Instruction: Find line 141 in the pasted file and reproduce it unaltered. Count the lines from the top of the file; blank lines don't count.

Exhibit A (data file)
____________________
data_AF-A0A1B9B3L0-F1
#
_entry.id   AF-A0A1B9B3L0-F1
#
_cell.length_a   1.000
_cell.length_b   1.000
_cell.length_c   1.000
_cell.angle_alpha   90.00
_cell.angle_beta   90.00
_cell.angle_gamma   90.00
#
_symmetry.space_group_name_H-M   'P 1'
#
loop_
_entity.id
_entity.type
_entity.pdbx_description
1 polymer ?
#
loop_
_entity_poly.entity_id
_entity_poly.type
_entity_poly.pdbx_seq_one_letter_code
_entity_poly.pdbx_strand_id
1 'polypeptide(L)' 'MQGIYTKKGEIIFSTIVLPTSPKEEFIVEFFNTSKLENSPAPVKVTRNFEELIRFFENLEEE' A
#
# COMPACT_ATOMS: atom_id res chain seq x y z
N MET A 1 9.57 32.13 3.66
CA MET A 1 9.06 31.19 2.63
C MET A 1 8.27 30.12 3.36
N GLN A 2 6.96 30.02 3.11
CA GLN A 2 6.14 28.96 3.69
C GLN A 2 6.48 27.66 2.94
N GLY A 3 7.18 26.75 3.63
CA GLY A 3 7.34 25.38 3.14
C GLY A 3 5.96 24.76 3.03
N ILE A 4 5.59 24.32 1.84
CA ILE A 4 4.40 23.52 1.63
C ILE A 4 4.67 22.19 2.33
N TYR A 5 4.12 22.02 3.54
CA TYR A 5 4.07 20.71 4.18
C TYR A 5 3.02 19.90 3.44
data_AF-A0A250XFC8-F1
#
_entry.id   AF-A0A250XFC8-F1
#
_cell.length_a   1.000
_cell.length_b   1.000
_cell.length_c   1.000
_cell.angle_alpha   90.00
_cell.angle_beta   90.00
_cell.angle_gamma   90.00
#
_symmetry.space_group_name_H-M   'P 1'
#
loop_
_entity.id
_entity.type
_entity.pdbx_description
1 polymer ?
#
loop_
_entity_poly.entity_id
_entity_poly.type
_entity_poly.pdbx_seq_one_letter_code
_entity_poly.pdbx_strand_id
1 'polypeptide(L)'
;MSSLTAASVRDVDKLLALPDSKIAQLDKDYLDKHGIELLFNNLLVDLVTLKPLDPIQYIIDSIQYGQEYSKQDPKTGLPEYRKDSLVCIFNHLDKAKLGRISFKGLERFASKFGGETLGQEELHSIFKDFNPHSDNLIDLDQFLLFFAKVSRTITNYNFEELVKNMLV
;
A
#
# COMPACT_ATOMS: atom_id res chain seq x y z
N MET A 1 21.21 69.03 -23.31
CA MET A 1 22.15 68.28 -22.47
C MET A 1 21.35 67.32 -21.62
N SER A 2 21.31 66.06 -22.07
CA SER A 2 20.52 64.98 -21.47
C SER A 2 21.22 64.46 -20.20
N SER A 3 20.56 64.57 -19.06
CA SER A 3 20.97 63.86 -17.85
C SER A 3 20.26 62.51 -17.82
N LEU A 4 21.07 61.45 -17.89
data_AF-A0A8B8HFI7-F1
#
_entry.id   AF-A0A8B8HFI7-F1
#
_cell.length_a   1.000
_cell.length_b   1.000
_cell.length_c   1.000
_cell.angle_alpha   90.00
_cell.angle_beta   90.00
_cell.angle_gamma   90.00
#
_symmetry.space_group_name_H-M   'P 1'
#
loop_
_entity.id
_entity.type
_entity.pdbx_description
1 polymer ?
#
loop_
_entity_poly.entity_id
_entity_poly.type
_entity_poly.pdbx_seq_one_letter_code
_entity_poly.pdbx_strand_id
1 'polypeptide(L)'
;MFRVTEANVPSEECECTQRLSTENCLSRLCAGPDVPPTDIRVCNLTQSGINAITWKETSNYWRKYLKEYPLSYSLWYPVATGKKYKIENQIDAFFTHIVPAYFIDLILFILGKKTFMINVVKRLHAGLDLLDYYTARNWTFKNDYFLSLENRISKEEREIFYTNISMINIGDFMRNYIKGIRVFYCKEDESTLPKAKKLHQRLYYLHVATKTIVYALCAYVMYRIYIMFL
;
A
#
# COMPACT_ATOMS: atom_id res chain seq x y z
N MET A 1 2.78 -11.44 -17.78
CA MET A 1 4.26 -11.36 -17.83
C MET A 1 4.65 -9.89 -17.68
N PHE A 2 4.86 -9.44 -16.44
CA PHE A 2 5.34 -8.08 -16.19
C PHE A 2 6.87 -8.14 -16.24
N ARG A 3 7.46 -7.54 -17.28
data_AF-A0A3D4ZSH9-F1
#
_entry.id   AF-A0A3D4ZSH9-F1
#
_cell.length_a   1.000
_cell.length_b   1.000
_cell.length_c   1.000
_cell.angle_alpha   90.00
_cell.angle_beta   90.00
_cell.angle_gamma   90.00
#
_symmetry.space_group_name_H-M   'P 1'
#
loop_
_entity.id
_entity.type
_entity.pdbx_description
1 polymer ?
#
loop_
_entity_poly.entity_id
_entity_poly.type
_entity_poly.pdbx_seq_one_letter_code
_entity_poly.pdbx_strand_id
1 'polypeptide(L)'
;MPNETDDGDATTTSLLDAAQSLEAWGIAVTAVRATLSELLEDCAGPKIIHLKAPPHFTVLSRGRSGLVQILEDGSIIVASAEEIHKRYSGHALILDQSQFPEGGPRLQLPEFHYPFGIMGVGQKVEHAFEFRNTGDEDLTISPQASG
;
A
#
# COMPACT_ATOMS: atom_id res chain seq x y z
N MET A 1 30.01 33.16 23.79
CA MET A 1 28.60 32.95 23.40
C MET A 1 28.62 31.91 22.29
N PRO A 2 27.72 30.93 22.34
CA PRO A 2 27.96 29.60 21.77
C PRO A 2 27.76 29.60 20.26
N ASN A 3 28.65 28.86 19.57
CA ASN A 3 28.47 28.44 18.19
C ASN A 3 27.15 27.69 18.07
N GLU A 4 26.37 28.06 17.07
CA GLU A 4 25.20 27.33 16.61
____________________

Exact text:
_entity_poly.type